Forum for Science, Industry and Business

Sponsored by:     3M 
Search our Site:

 

Tell me how you are – and I know how long you will live

10.02.2012
The way people rate their health determines their probability of survival in the following decades.
Researchers from the Institute of Social and Preventive Medicine at the University of Zurich demonstrate that for ratings ranging from “excellent”, “good”, “fair” and “poor” to “very poor”, the risk of mortality increases steadily – independently of such known risk factors as smoking, low education levels or pre-existing diseases.

How would you rate your health? This is a question that often appears on questionnaires. The answer is linked to the respondent’s probability of survival or death. Needless to say, a pessimistic assessment goes hand in hand with an increased risk of illness or death. It can be assumed that on average people who rate their health as poor have an unhealthier lifestyle, are often in a fragile state of health or are already sick. However, earlier studies that only monitored the participants for a few years after the survey reveal that the correlation persists even if these factors are taken into account.
Self-rating more permanent …
Now, researchers from the Institute of Social and Preventive Medicine at the University of Zurich demonstrate that self-rated health is also linked to the probability of survival or death over a long period of more than thirty years. In the study, which was conducted in Switzerland, men who rated their health as “very poor” were 3.3 times more likely to die than men of the same age who rated their health as “excellent”, and the risk of death was 1.9 times higher in women who rated their health as “very poor” than for those who rated it as “excellent”. Here, the risk increased steadily from an optimistic to a pessimistic rating: people in “excellent” health had better chances of survival than those in “good” health, the latter better chances than those in a “fair” state of health, and so on. “The steady increase in risk and the long time of over thirty years between the self-rating and the end of the observation period render it practically impossible for medical history or a dark foreboding to be main causes of the correlation observed,” explains head of the study Matthias Bopp.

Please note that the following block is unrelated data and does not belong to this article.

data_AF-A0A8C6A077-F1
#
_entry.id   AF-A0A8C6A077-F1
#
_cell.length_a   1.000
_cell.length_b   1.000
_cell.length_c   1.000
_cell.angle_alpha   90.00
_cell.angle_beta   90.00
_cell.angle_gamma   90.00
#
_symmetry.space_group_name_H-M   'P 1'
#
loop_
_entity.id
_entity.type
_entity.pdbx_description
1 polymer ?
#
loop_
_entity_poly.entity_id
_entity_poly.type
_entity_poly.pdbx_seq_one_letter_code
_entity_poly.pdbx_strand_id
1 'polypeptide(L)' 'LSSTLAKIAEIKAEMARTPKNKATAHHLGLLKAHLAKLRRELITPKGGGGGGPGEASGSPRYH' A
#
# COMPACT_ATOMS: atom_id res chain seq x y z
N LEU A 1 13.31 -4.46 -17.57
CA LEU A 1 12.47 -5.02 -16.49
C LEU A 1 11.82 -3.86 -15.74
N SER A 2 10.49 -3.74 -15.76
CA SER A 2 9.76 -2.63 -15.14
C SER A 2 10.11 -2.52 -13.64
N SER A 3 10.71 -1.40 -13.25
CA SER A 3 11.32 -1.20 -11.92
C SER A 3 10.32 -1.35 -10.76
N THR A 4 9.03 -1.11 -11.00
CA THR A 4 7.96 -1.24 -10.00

... risk factors taken into consideration
Even taking education levels, marital status, tobacco-related strains, medical history, the use of medication, blood pressure and blood glucose into account, the correlation between self-rated health and mortality only weakened marginally. The difference in the risk of death between the best and the worst rating was still 1:2.9 in men and 1:1.5 in women. “Our results indicate that people who rate their state of health as excellent have attributes that improve and sustain their health,” concludes specialist in preventive medicine David Fäh. “These might include a positive attitude, an optimistic outlook and a fundamental level of satisfaction with one’s own life.”